The dollar firmed on Tuesday, taking back ground against the euro and sterling which were pressured by political uncertainties in the UK and eurozone.
The dollar firmed on Tuesday, taking back ground against the euro and sterling which were pressured by political uncertainties in the UK and eurozone. The dollar index, which tracks the greenback against a basket of six rival currencies, rose 0.3 percent to 97.706 , pulling further away from a 6-1/2-month low of 96.797 plumbed last week.
U.S. and UK markets were closed for holidays on Monday, giving investors fewer directional clues to follow.
British Prime Minister Theresa May’s lead over the opposition Labour Party dropped to 6 percentage points in a poll published on Tuesday, the latest to show a shrinking lead for the ruling Conservatives ahead of June 8 elections since the Manchester terrorist attack.
Sterling slipped 0.2 percent to $1.2812, moving back toward a three-week low of $1.2775 touched on Friday.
The euro was also on the defensive after former Italian Prime Minister Matteo Renzi said on Sunday that it makes sense “from a European perspective” for Italy’s next election be held at the same time as Germany’s, scheduled for September. His comments led to a selloff in Italian government debt on Monday.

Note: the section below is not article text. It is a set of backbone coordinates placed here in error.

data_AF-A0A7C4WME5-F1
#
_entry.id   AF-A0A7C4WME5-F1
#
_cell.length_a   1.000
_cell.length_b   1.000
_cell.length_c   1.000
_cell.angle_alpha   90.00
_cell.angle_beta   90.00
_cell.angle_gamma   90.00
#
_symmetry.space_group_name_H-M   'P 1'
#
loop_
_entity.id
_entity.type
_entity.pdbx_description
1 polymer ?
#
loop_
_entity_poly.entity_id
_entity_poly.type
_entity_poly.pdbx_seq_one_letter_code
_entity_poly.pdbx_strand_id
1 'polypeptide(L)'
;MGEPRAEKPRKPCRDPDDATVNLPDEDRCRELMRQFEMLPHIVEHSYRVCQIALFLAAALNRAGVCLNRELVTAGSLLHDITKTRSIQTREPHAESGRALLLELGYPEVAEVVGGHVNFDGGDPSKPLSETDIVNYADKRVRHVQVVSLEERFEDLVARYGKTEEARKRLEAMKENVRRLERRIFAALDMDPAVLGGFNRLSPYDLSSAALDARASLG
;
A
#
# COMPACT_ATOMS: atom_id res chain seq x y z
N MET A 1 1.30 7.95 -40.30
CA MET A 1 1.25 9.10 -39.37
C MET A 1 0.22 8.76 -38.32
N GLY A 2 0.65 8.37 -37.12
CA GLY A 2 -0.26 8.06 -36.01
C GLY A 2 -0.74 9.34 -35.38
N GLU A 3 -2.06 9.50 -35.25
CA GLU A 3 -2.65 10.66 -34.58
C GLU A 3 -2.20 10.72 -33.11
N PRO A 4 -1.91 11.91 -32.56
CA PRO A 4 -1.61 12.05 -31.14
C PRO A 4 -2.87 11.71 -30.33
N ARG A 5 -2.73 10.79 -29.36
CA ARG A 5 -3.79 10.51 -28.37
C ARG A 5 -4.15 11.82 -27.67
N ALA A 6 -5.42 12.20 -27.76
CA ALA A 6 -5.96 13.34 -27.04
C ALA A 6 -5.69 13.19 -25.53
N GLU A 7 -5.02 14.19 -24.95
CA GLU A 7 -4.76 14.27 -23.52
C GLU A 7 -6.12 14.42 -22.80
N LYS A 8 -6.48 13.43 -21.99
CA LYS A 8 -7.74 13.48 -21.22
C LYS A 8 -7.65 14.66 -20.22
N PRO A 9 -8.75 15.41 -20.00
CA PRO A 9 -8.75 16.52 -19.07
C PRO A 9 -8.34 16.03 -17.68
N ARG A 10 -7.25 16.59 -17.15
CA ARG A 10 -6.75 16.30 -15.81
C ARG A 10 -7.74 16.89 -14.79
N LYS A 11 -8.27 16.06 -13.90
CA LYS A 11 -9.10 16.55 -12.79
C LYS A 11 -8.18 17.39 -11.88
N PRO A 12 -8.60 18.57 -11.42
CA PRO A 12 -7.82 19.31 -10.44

“The euro is under downward pressure following Renzi’s comment that he would favour snap elections,” as well as proportional representation that could lead to a hung parliament, said Masafumi Yamamoto, chief forex strategist at Mizuho Securities.
“It seems the market has begun to realize there’s political uncertainty in Italy,” he said. “The dollar/yen, meanwhile, is waiting for clarification on balance sheet reduction by the Fed.”
Markets are mostly pricing in the possibility that the U.S. central bank will hike interest rates by a quarter point to 1.00-1.25 percent at its June 13-14 policy meeting, with attention turning to clues on the timing of when the Federal Reserve intends to begin paring its $4.5 trillion balance sheet.
The dollar edged down 0.1 percent against its Japanese counterpart to 111.17 yen, but remained solidly mired in its recent narrow range between last week’s high of 112.13 and May 18’s low of 110.24.
The euro slipped 0.3 percent to 123.82 yen after drifting as low as 123.71, its weakest since May 19.